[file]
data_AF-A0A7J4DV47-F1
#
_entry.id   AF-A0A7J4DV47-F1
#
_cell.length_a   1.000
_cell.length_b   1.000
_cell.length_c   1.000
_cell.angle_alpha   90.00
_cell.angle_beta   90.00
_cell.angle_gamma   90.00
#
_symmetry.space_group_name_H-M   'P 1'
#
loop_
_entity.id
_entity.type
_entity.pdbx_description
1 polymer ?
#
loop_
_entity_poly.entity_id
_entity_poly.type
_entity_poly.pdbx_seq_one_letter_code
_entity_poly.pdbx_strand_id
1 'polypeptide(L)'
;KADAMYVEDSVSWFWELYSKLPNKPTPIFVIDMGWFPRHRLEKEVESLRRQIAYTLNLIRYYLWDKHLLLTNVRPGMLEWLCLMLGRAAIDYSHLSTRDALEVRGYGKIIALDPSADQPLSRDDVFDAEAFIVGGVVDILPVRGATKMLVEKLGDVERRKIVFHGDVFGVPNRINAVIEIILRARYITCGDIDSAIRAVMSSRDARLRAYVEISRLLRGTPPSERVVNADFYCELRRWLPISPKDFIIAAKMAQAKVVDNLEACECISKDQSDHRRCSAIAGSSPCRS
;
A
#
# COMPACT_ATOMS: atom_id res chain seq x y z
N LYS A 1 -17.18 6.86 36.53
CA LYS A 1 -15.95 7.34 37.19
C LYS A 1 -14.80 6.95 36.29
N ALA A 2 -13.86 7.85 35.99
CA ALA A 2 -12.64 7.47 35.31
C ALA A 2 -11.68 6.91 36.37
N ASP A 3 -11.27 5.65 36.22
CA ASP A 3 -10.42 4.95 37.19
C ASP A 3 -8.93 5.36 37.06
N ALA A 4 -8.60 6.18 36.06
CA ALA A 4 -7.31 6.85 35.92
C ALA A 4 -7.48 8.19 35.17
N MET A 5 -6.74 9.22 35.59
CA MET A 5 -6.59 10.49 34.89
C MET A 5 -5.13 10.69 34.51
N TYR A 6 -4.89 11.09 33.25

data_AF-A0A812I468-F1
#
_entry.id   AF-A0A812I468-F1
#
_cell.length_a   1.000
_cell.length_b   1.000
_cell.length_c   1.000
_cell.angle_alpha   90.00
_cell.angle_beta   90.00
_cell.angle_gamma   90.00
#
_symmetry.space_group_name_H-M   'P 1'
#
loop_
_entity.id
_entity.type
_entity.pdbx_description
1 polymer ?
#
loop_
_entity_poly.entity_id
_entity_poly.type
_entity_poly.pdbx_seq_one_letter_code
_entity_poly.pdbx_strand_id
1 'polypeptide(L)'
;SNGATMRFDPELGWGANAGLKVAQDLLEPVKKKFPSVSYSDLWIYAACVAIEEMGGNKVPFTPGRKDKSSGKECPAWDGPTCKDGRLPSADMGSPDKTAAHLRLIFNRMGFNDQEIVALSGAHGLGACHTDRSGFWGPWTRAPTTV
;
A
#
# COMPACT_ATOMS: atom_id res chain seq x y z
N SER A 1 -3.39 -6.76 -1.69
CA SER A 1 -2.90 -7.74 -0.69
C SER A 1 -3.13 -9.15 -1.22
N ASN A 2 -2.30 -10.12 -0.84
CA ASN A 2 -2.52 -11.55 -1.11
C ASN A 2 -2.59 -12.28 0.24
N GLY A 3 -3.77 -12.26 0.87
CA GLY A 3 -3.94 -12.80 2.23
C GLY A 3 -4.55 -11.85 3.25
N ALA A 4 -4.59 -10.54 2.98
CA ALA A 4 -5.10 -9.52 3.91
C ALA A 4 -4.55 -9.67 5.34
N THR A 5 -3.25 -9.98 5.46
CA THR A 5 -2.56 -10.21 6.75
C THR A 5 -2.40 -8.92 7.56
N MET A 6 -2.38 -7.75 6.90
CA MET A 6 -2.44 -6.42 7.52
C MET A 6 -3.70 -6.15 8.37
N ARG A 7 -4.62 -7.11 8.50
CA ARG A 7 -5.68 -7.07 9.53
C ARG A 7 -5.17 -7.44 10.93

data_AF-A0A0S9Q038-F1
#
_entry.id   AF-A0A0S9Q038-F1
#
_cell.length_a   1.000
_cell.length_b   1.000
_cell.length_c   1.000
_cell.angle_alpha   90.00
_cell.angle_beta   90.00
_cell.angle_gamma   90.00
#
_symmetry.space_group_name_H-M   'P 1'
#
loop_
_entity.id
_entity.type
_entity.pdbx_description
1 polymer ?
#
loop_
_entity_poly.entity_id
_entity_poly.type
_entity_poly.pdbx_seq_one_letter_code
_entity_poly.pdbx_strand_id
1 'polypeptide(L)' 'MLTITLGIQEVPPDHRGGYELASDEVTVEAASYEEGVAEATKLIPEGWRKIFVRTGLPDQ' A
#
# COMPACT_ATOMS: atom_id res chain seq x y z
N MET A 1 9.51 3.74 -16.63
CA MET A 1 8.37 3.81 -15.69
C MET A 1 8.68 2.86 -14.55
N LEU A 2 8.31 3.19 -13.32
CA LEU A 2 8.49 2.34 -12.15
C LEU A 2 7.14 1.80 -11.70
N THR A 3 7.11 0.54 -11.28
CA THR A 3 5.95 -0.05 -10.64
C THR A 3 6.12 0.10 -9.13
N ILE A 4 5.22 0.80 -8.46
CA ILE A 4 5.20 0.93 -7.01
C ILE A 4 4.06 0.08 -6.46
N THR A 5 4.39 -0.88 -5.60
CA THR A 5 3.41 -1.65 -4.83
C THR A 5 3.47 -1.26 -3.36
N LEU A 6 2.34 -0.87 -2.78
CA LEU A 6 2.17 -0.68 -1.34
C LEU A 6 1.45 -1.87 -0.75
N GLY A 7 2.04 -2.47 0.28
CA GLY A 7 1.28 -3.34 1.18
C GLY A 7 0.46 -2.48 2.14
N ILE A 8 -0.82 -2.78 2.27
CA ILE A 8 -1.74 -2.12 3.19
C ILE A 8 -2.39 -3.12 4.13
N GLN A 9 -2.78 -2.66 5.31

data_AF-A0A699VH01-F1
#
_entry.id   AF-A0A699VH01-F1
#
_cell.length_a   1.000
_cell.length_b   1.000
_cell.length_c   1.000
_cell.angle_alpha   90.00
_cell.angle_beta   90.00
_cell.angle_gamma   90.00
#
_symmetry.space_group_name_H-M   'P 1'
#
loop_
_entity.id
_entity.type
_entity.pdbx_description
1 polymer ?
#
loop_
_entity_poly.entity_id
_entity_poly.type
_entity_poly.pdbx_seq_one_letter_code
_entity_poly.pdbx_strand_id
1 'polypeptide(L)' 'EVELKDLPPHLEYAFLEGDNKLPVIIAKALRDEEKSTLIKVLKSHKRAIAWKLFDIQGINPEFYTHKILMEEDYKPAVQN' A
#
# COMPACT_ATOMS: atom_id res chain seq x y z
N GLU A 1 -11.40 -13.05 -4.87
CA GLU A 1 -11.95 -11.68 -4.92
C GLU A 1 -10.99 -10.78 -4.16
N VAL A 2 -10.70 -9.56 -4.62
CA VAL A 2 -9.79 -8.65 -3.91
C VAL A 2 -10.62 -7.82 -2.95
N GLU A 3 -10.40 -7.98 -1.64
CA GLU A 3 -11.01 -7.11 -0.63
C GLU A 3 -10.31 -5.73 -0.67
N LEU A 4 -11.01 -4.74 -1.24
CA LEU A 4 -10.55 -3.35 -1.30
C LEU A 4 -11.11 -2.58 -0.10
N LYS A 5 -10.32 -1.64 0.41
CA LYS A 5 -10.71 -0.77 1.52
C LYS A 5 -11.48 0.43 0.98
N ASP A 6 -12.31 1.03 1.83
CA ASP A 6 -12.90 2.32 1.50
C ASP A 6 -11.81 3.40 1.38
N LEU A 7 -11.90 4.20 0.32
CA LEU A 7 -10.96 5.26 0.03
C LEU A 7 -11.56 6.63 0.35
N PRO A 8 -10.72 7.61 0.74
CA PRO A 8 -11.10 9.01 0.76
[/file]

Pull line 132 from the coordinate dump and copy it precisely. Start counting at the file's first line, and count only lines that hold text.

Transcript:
CA THR A 3 5.95 -0.05 -10.64